We’ve written about it before, but now there is photographic proof. McDonald’s opened a location in the Louvre.
I know a lot of Americans love their dogs, but I am not one of them. They smell bad. They are a lot of work. They are expensive and they tend to bark and bite. Plus, the small ones have always seemed a little Parisian to me. If I could ban all dogs I would do it in a heartbeat. Absent that, I cherish new regulations they keep neighborhoods and public spaces free of the four-legged menace.
Naturally, I was happy to see this sign at New York’s Hudson River Park.
De-industrialization leaves a lot of scars: shuttered factories, broken communities and a general sense of hopelessness. But the one I hadn’t anticipated—and found particularly troubling—is when all-night diners are forced to scale back their hours because the plant closed and the customer based dried up. Apparently the spread of 24-hour technology is not irreversible after all.
I saw this sign in a McDonald’s in Ferndale, Michigan.
I’m not sure when McDonald’s started enforcing time limits on lunch, but if widespread, such a policy would seem to counteract their efforts to establish themselves as a coffee house by offering free WiFi and premium drinks.
Though I suppose the most American thing to do would be to forgo the dining room all together and instead scarf down your lunch while waiting at a red light.
It’s unclear exactly why, but the Federal Reserve Bank of New York seems to have rented some paper shredders – really, really big paper shredders.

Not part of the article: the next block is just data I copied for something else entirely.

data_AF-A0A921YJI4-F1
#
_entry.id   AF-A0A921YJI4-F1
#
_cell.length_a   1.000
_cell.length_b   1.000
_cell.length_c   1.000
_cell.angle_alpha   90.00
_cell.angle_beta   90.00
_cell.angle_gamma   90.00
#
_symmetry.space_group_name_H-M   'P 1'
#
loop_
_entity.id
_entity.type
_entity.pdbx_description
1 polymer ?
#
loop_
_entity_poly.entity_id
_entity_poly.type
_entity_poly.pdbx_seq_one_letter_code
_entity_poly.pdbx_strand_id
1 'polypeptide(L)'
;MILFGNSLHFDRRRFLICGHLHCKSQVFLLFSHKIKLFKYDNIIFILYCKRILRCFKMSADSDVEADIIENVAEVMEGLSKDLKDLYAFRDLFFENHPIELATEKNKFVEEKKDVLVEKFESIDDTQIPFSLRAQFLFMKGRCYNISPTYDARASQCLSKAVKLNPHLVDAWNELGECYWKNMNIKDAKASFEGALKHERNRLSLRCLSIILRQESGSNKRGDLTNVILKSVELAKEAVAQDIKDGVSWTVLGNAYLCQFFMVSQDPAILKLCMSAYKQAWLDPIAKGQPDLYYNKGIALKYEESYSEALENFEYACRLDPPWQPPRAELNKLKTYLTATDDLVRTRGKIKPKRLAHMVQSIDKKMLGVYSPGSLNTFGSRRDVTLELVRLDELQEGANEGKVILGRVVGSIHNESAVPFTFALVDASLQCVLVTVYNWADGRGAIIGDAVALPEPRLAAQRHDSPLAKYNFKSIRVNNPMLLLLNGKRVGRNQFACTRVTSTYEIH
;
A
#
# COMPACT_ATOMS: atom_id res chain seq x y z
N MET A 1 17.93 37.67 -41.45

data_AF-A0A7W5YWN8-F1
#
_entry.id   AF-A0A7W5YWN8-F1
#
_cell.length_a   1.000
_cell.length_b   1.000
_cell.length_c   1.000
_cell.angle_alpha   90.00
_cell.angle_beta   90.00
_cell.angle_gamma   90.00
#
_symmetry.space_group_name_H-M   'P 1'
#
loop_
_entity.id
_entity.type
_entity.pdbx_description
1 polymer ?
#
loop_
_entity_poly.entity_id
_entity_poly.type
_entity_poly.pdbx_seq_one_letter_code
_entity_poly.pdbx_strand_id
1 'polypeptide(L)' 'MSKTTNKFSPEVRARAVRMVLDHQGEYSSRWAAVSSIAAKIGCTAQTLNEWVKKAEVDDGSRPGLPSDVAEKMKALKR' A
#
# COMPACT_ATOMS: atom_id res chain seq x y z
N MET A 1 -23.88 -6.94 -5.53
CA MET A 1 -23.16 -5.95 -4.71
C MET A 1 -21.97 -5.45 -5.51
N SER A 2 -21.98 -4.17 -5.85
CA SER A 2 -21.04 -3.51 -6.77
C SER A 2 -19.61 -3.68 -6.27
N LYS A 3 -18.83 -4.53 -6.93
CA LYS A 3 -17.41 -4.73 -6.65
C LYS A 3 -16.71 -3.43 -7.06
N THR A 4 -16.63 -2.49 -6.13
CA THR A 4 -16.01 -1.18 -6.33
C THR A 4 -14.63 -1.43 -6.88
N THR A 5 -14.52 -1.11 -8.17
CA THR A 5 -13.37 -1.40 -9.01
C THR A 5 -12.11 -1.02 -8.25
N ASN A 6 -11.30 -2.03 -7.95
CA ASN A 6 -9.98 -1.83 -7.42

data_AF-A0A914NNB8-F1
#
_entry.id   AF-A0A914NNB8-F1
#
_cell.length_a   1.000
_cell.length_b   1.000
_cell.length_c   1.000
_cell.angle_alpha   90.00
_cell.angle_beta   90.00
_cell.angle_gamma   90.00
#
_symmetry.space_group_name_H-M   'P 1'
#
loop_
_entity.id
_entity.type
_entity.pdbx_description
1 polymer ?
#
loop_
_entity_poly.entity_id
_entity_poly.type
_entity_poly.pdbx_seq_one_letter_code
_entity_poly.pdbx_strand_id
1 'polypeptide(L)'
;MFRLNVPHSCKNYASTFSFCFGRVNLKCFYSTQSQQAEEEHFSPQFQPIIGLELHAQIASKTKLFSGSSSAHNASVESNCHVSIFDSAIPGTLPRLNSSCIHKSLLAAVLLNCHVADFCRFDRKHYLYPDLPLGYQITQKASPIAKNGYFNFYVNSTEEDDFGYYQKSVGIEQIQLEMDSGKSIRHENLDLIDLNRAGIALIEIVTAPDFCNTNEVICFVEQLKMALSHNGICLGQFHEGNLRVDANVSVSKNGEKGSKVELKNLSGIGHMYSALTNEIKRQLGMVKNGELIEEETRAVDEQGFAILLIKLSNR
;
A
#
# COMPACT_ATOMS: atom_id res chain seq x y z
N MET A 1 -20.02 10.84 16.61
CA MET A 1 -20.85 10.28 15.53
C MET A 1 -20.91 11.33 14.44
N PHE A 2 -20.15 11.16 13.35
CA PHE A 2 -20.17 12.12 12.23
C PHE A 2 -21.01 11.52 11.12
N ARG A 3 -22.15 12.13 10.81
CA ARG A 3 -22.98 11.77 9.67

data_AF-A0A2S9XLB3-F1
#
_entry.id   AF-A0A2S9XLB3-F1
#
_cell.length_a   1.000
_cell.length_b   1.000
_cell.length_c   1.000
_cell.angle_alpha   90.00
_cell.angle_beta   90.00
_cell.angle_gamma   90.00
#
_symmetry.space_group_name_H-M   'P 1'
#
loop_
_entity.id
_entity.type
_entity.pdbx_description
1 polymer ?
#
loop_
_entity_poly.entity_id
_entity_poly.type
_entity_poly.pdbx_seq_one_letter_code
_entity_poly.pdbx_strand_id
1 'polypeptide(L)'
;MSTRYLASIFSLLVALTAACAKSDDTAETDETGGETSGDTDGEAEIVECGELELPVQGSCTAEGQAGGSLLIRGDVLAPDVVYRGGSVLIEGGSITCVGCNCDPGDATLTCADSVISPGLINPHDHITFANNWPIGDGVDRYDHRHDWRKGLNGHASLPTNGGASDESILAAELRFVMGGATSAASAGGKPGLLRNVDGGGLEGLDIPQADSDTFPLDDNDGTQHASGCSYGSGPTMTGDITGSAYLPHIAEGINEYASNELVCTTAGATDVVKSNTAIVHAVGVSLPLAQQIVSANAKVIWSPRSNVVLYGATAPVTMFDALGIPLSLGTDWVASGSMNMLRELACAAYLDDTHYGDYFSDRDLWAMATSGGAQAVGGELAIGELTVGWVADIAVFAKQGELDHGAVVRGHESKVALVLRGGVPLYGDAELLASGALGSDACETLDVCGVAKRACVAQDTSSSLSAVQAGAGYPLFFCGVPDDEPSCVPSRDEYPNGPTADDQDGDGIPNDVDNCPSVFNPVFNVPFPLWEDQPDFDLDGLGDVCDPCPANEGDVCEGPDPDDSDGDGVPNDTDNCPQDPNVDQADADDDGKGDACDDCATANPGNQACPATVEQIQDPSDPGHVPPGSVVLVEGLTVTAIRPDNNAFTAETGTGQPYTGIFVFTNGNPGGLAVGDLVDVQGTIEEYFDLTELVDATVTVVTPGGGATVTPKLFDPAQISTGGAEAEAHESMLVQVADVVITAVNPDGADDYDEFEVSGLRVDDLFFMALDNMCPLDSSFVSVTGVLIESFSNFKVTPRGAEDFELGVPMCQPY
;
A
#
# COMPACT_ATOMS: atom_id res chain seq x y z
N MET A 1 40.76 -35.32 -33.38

Last Thursday night around 7 PM I was in the Financial District walking down Maiden Lane when I heard a loud engine noise. As I crossed William Street and approached the Federal Reserve Bank of New York, I saw that the noise was coming from one of those giant document shredding trucks that was parked outside the Fed’s main delivery doors.
People are pretty suspicious of the Fed these days. Maybe next time they have a late-night document shredding session, they should consider hiring a document destruction company with a more discrete truck. You know, so it doesn’t look like they’re destroying evidence and all.
In much of the country, garbage collection is preformed by a giant corporation like Waste Management, or if you live in New Jersey, the Mob. But in New York City the trash is still handled largely by the City’s Department of Sanitation.
This setup seems to work well enough during most the year (garbage does not tend pile up in the streets as it does in Italy), but it has a serious benefit the one or two times a year there is a big snowfall.
Since the city already owns enough garbage trucks to regularly service every street, it simply slaps a snowplow on the front of each one when needed, thus eliminating the need to maintain a redundant fleet of plow trucks.
American pragmatism at its finest.
While walking through Downtown DC yesterday I came across a firehouse that had not one, but two different soda vending machines outside. They were not being picked-up or delivered, but rather were simply there in case someone walking down the street (which was devoid of shops) needed a little refreshment.
I think this is a great public service, and would go so far as to say that all firehouses and police departments should have vending machines outside them. After all, they are there to serve the public, and what better way to do that than by providing access to ice cold Cokes 24/7.
Now if they could just add credit card payment options and do something about that big pile of snow…
I came across this poster in a bar bathroom in DC.
I suppose “all you care to drink” is wimpy legal speak for “all you can drink.” But either way, $25 for unlimited beer, appetizers and a nacho bar sounds like a pretty good deal to me. And I’m sure it’s a deal you’d never find in Europe.
God Bless America!